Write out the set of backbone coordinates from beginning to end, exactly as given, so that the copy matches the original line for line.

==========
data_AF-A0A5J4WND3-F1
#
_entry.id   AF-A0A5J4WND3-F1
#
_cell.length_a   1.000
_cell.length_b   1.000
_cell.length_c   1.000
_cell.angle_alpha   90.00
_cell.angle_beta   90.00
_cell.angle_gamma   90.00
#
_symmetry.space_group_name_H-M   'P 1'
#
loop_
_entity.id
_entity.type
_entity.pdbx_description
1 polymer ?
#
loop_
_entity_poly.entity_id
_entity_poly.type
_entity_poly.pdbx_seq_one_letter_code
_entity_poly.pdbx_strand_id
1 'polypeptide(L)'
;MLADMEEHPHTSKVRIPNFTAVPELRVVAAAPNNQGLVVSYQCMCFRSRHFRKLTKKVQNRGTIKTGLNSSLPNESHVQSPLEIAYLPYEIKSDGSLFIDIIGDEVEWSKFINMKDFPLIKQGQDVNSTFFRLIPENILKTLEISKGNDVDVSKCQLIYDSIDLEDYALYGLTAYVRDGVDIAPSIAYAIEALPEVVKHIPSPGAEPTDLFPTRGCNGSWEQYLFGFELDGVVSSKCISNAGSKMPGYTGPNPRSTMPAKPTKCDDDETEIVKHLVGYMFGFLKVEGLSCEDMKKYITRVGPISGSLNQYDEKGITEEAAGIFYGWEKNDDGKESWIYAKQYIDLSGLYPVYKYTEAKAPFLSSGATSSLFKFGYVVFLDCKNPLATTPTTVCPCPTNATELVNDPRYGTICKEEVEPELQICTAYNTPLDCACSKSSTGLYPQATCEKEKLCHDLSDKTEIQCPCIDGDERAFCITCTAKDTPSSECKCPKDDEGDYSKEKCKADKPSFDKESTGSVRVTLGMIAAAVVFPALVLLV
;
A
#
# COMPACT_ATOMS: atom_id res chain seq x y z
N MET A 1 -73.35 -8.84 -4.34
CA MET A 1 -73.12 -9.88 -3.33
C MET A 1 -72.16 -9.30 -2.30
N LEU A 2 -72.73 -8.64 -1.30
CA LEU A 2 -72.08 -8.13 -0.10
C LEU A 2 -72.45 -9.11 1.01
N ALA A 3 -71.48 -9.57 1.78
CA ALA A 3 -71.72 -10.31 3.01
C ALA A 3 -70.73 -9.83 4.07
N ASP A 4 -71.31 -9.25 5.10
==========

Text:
data_AF-A0A5J4WND3-F1
#
_entry.id   AF-A0A5J4WND3-F1
#
_cell.length_a   1.000
_cell.length_b   1.000
_cell.length_c   1.000
_cell.angle_alpha   90.00
_cell.angle_beta   90.00
_cell.angle_gamma   90.00
#
_symmetry.space_group_name_H-M   'P 1'
#
loop_
_entity.id
_entity.type
_entity.pdbx_description
1 polymer ?
#
loop_
_entity_poly.entity_id
_entity_poly.type
_entity_poly.pdbx_seq_one_letter_code
_entity_poly.pdbx_strand_id
1 'polypeptide(L)'
;MLADMEEHPHTSKVRIPNFTAVPELRVVAAAPNNQGLVVSYQCMCFRSRHFRKLTKKVQNRGTIKTGLNSSLPNESHVQSPLEIAYLPYEIKSDGSLFIDIIGDEVEWSKFINMKDFPLIKQGQDVNSTFFRLIPENILKTLEISKGNDVDVSKCQLIYDSIDLEDYALYGLTAYVRDGVDIAPSIAYAIEALPEVVKHIPSPGAEPTDLFPTRGCNGSWEQYLFGFELDGVVSSKCISNAGSKMPGYTGPNPRSTMPAKPTKCDDDETEIVKHLVGYMFGFLKVEGLSCEDMKKYITRVGPISGSLNQYDEKGITEEAAGIFYGWEKNDDGKESWIYAKQYIDLSGLYPVYKYTEAKAPFLSSGATSSLFKFGYVVFLDCKNPLATTPTTVCPCPTNATELVNDPRYGTICKEEVEPELQICTAYNTPLDCACSKSSTGLYPQATCEKEKLCHDLSDKTEIQCPCIDGDERAFCITCTAKDTPSSECKCPKDDEGDYSKEKCKADKPSFDKESTGSVRVTLGMIAAAVVFPALVLLV
;
A
#
# COMPACT_ATOMS: atom_id res chain seq x y z
N MET A 1 -73.35 -8.84 -4.34
CA MET A 1 -73.12 -9.88 -3.33
C MET A 1 -72.16 -9.30 -2.30
N LEU A 2 -72.73 -8.64 -1.30
CA LEU A 2 -72.08 -8.13 -0.10
C LEU A 2 -72.45 -9.11 1.01
N ALA A 3 -71.48 -9.57 1.78
CA ALA A 3 -71.72 -10.31 3.01
C ALA A 3 -70.73 -9.83 4.07
N ASP A 4 -71.31 -9.25 5.10